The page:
The Army doesn’t like RAND’s study on postwar planning. Too bad.

The Army has buried a comprehensive study of the planning for postwar Iraq, conducted by RAND.

The study chided President Bush — and by implication Secretary of State Condoleezza Rice, who served as national security adviser when the war was planned — as having failed to resolve differences among rival agencies. “Throughout the planning process, tensions between the Defense Department and the State Department were never mediated by the president or his staff,” it said.

The Army’s explanation sounds weak:

“After carefully reviewing the findings and recommendations of the thorough RAND assessment, the Army determined that the analysts had in some cases taken a broader perspective on the early planning and operational phases of Operation Iraqi Freedom than desired or chartered by the Army,” Mr. Muchmore said in a statement. “Some of the RAND findings and recommendations were determined to be outside the purview of the Army and therefore of limited value in informing Army policies, programs and priorities.”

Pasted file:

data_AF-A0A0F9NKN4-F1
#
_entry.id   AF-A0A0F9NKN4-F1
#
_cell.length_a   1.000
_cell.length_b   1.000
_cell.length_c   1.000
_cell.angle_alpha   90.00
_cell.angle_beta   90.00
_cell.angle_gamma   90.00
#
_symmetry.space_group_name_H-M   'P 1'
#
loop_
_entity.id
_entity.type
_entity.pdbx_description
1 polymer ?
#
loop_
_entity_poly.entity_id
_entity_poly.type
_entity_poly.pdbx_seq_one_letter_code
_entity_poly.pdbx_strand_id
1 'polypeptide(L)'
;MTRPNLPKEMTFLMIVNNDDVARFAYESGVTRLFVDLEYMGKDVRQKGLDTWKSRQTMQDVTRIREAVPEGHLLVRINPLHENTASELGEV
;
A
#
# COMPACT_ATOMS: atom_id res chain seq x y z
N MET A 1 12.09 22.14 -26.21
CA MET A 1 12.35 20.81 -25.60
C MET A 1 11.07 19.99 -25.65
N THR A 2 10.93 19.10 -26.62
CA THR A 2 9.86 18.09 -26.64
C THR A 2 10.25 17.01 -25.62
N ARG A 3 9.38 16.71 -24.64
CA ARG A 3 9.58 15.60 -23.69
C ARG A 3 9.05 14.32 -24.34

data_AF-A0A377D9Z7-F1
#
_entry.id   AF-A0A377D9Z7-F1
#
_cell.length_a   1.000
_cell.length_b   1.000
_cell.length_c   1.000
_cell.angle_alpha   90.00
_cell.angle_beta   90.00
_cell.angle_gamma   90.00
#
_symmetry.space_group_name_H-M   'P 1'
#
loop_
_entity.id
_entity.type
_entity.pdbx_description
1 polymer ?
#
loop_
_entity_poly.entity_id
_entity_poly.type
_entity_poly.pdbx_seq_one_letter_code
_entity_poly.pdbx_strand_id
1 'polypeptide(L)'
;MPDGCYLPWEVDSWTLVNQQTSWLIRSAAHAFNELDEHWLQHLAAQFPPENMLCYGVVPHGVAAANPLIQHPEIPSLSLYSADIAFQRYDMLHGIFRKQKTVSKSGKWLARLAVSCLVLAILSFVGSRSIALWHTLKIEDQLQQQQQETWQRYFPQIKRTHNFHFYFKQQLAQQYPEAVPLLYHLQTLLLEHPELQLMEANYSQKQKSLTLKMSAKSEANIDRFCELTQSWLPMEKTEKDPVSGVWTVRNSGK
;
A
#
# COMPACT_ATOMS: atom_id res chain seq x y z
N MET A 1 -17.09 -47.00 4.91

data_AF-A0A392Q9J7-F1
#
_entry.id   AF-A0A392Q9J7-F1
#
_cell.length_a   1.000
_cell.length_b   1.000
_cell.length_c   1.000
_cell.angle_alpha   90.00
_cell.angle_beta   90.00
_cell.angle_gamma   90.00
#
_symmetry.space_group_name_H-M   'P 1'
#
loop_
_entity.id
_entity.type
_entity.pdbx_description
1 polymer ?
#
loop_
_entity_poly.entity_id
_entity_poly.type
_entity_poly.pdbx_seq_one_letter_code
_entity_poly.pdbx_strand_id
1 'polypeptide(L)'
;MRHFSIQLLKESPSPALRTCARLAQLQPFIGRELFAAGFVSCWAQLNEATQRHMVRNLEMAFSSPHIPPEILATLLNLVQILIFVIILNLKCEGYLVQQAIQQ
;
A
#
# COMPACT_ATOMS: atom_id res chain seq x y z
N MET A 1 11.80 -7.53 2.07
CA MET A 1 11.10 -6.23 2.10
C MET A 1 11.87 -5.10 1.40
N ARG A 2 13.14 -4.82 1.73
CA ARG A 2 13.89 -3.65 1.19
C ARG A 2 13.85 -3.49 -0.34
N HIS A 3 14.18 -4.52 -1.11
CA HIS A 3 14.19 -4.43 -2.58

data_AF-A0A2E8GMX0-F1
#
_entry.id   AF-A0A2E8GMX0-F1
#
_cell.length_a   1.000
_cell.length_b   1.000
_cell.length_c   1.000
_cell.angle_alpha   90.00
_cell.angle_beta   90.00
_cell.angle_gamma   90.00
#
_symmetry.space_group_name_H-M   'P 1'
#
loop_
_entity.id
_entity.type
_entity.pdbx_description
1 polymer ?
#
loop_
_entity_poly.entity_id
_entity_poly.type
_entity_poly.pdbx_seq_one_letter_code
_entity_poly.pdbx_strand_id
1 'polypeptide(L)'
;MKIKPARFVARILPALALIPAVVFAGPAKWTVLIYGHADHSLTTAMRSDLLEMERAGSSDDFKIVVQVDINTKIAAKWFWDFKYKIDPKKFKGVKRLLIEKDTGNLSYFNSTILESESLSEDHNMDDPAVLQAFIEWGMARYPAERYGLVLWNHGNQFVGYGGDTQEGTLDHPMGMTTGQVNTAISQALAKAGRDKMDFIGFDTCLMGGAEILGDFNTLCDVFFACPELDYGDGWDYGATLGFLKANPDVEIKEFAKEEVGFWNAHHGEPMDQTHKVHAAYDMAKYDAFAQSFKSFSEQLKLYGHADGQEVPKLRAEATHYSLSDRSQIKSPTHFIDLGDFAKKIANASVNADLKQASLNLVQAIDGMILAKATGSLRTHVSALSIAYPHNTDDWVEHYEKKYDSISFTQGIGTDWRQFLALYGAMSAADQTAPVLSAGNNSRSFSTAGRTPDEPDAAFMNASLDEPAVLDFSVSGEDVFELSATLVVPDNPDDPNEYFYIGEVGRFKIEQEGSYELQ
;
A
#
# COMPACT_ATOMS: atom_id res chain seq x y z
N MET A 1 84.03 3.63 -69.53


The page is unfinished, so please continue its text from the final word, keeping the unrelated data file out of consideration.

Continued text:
This is a familiar story, and redounds entirely to RAND’s credit. When I worked at RAND I had a similar experience with a research sponsor that didn’t like the results and tried to sweep the report under the rug. RAND’s leadership stood its ground, and the report was published. This is not the first time that service brass or OSD or JCS has been irked by RAND’s findings (most famously, the gays in the military study.) And still, most otherwise well-informed people I meet regard RAND as a right-wing propaganda shop. It’s nothing of the sort. It’s so non-partisan and non-ideological that it’s not even centrist. It’s a national treasure.

End of rant.